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PA DEP Orders Aliquippa to Address Secondary Contaminants in Drinking Water




Lauren Fraley, DEP



PA DEP Orders Aliquippa to Address Secondary Contaminants in Drinking Water


Pittsburgh, PA – The Pennsylvania Department of Environmental Protection (DEP) today issued an administrative order to the Municipal Water Authority of Aliquippa (MWAA) for drinking water violations. MWAA is a public water system that sources its water from groundwater wells and serves 6,575 metered connections in Beaver County.


In September 2019, DEP received two complaints of “dirty” or brown water, which could indicate the presence of iron and/or manganese.


Iron and manganese are classified by the U.S. Environmental Protection Agency (EPA) as secondary contaminants because their presence in drinking water primarily affects the aesthetics of the water, such as taste, color or odor.


EPA established a health advisory level (HAL) of 0.3 mg/L for manganese. EPA’s National Primary Drinking Water Regulations also established secondary maximum contaminant levels (sMCL) of 0.3 mg/L for iron and 0.05 mg/L for manganese. Health advisories and sMCLs are not enforced under the EPA; however, Pennsylvania enforces sMCLs. State regulations do not require public water systems to routinely monitor for secondary contaminants, but the regulations require systems to meet those standards and to take investigative or corrective action if exceedances occur. While it is not uncommon for iron and manganese levels to change as the source aquifer changes seasonally or over years, treatment should be sufficient to address such fluctuations.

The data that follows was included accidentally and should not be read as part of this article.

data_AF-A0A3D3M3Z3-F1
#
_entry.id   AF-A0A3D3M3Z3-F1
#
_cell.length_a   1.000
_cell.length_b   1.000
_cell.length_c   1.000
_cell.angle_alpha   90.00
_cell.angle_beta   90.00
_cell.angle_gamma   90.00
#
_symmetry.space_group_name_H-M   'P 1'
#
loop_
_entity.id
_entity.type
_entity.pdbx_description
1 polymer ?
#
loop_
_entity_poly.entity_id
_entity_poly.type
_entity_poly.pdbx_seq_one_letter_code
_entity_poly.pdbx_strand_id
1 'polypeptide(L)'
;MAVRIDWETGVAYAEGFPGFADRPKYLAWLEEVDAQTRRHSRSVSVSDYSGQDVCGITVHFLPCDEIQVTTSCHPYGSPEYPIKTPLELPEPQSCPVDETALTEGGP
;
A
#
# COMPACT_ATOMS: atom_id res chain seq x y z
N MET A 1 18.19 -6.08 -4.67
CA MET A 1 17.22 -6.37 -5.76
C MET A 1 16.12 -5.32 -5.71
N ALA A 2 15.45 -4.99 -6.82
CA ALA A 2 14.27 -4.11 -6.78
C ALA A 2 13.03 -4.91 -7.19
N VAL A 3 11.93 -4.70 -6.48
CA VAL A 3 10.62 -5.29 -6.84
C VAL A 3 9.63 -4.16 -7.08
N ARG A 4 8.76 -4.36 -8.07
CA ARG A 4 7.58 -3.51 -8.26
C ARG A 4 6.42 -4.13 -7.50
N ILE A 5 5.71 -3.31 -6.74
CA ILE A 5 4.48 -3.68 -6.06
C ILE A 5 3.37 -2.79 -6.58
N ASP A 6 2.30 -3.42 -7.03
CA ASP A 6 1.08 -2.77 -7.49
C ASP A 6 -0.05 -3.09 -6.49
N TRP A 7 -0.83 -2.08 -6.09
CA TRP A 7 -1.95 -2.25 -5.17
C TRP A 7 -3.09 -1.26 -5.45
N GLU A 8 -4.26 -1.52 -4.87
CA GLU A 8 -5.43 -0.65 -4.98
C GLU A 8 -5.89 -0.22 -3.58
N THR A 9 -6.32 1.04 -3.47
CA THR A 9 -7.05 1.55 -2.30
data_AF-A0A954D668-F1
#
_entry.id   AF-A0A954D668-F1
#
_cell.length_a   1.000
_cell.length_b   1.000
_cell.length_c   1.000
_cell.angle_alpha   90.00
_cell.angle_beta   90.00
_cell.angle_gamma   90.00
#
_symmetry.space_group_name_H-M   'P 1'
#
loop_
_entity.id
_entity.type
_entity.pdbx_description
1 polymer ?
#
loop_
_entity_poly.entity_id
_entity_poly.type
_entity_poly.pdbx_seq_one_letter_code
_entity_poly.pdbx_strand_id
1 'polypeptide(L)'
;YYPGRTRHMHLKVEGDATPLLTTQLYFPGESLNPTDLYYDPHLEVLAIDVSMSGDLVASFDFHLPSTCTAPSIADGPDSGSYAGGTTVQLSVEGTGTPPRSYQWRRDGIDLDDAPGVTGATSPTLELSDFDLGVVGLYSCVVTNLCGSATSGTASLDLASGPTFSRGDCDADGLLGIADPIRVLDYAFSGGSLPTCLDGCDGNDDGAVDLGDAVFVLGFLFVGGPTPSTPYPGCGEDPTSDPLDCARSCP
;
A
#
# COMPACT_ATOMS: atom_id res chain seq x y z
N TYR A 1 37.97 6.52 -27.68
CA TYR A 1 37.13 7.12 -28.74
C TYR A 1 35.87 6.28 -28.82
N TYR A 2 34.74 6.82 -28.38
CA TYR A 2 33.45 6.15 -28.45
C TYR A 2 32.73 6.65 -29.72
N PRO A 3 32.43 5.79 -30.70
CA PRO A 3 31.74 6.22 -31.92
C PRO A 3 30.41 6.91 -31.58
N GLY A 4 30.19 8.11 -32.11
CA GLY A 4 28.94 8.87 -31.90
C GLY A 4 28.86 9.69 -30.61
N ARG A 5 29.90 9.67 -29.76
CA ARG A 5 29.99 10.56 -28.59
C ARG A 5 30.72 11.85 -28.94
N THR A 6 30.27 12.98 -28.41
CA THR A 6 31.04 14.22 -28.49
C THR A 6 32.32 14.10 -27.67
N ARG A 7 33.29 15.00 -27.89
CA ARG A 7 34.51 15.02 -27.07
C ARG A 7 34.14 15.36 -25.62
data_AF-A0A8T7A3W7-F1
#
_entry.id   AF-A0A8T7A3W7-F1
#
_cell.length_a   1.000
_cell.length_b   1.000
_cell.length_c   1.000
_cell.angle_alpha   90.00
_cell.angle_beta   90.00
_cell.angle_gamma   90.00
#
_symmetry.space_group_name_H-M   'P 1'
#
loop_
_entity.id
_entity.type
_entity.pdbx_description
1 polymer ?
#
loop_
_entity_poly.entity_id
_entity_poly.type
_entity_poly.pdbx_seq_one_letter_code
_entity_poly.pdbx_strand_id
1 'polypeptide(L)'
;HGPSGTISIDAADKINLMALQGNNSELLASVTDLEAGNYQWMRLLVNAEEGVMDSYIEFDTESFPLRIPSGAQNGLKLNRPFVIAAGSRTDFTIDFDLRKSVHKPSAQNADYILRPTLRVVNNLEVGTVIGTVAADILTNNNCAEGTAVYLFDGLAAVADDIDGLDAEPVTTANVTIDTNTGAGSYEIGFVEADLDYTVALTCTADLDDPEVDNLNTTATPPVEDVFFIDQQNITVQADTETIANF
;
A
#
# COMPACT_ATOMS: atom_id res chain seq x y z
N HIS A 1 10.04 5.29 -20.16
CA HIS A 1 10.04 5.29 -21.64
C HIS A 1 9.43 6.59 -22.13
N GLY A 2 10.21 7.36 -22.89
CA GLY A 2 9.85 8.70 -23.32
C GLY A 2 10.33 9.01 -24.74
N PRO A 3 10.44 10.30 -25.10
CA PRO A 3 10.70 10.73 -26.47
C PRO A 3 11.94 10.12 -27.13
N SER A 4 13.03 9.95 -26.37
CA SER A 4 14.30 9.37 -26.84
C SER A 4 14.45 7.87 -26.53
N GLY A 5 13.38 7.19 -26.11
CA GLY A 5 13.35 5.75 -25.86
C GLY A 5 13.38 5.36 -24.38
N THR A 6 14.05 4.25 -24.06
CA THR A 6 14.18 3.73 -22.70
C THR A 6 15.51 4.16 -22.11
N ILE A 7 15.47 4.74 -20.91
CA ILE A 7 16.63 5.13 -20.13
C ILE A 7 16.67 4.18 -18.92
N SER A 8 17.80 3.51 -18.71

As part of DEP’s investigation into public complaints, the department and MWAA — using EPA-approved methodology — sampled various points throughout Aliquippa’s distribution system in October and November 2019, and had the samples analyzed at state-certified laboratories. MWAA also began flushing its lines, a practice the system plans to continue three times a year to reduce water age and flush out scale and sediment from the distribution system. All recent samples were below the sMCLs. From late October to mid-November 2019, DEP received several more citizen complaints.


“Pennsylvania citizens are a critical part of our compliance program, as they are most acutely aware of what is happening in their community and are the eyes and ears between DEP inspections,” said DEP Southwest Regional Director Ron Schwartz. “Aliquippa residents not only notified the authority, they also reached out to DEP.”


DEP also conducted a review of its records and MWAA’s past compliance, during which DEP discovered that MWAA’s materials evaluation and lead and copper sample site plan did not meet the requirements of the regulations.


Public water systems like MWAA are required to review various sources of information to evaluate the composition of their distribution system (e.g., PVC, lead, copper, galvanized steel) to identify the highest priority sites for lead and copper sampling. These sites are classified as tier 1, 2, or 3 sites, with tier 1 sites representing the highest potential for lead or copper. MWAA’s submitted sampling plan identified only tier 3 sites to be sampled.


DEP’s order requires MWAA to do the following:


  • Submit a revised sample site plan that includes an adequate materials evaluation and appropriate sample site locations;
  • Initiate six-month monitoring for lead and copper at 60 sample site locations;
  • Monitor for manganese and iron on a weekly basis at the entry point of the distribution system and monthly at 10 sites within the distribution system using a DEP-certified laboratory;
  • Report exceedances of the HAL for manganese to DEP within one hour; and
  • Submit an application for the construction of a new water treatment plant.


MWAA previously notified DEP that it intends to upgrade its treatment facility. This order sets a strict timeframe for MWAA to submit the necessary application, correct errors in its identification and selection of sample sites and conduct additional sampling.


“It is DEP’s priority to restore confidence and address the concerns of MWAA customers through increased monitoring and reporting and treatment upgrades,” said Schwartz.


Customers are reminded to report issues of concern to DEP and to the public water system that supplies their drinking water. 






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